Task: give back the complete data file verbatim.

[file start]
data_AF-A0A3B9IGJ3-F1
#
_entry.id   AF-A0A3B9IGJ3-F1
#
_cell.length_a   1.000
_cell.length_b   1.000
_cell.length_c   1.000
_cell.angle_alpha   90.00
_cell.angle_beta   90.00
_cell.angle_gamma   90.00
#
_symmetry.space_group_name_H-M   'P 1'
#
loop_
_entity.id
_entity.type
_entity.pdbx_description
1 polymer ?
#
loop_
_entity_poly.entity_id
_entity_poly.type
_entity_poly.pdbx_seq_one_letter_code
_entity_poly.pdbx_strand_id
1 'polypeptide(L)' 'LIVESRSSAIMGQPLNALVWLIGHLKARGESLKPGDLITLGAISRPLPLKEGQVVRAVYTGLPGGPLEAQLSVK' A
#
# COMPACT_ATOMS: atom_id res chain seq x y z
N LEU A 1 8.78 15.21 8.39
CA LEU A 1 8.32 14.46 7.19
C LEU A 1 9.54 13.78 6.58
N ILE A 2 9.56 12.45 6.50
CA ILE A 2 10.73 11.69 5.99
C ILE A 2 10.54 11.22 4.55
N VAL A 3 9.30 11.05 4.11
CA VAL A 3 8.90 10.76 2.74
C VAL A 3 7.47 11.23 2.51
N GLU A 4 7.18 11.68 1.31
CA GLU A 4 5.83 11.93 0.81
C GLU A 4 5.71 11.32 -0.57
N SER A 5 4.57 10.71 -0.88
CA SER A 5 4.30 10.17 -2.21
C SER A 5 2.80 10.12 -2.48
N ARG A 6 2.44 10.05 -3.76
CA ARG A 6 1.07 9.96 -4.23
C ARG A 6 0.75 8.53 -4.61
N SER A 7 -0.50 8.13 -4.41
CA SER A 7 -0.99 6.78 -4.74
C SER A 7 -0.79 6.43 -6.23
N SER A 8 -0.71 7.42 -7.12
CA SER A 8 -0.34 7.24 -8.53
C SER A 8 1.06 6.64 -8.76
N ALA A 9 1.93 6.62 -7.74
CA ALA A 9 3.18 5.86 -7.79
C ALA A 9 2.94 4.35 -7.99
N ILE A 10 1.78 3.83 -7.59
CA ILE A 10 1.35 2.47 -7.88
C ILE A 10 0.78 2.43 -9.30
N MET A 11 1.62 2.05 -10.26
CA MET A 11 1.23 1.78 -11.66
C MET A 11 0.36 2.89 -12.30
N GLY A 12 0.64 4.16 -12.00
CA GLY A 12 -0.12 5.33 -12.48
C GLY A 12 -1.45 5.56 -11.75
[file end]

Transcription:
data_AF-A0A3B9IGJ3-F1
#
_entry.id   AF-A0A3B9IGJ3-F1
#
_cell.length_a   1.000
_cell.length_b   1.000
_cell.length_c   1.000
_cell.angle_alpha   90.00
_cell.angle_beta   90.00
_cell.angle_gamma   90.00
#
_symmetry.space_group_name_H-M   'P 1'
#
loop_
_entity.id
_entity.type
_entity.pdbx_description
1 polymer ?
#
loop_
_entity_poly.entity_id
_entity_poly.type
_entity_poly.pdbx_seq_one_letter_code
_entity_poly.pdbx_strand_id
1 'polypeptide(L)' 'LIVESRSSAIMGQPLNALVWLIGHLKARGESLKPGDLITLGAISRPLPLKEGQVVRAVYTGLPGGPLEAQLSVK' A
#
# COMPACT_ATOMS: atom_id res chain seq x y z
N LEU A 1 8.78 15.21 8.39
CA LEU A 1 8.32 14.46 7.19
C LEU A 1 9.54 13.78 6.58
N ILE A 2 9.56 12.45 6.50
CA ILE A 2 10.73 11.69 5.99
C ILE A 2 10.54 11.22 4.55
N VAL A 3 9.30 11.05 4.11
CA VAL A 3 8.90 10.76 2.74
C VAL A 3 7.47 11.23 2.51
N GLU A 4 7.18 11.68 1.31
CA GLU A 4 5.83 11.93 0.81
C GLU A 4 5.71 11.32 -0.57
N SER A 5 4.57 10.71 -0.88
CA SER A 5 4.30 10.17 -2.21
C SER A 5 2.80 10.12 -2.48
N ARG A 6 2.44 10.05 -3.76
CA ARG A 6 1.07 9.96 -4.23
C ARG A 6 0.75 8.53 -4.61
N SER A 7 -0.50 8.13 -4.41
CA SER A 7 -0.99 6.78 -4.74
C SER A 7 -0.79 6.43 -6.23
N SER A 8 -0.71 7.42 -7.12
CA SER A 8 -0.34 7.24 -8.53
C SER A 8 1.06 6.64 -8.76
N ALA A 9 1.93 6.62 -7.74
CA ALA A 9 3.18 5.86 -7.79
C ALA A 9 2.94 4.35 -7.99
N ILE A 10 1.78 3.83 -7.59
CA ILE A 10 1.35 2.47 -7.88
C ILE A 10 0.78 2.43 -9.30
N MET A 11 1.62 2.05 -10.26
CA MET A 11 1.23 1.78 -11.66
C MET A 11 0.36 2.89 -12.30
N GLY A 12 0.64 4.16 -12.00
CA GLY A 12 -0.12 5.33 -12.48
C GLY A 12 -1.45 5.56 -11.75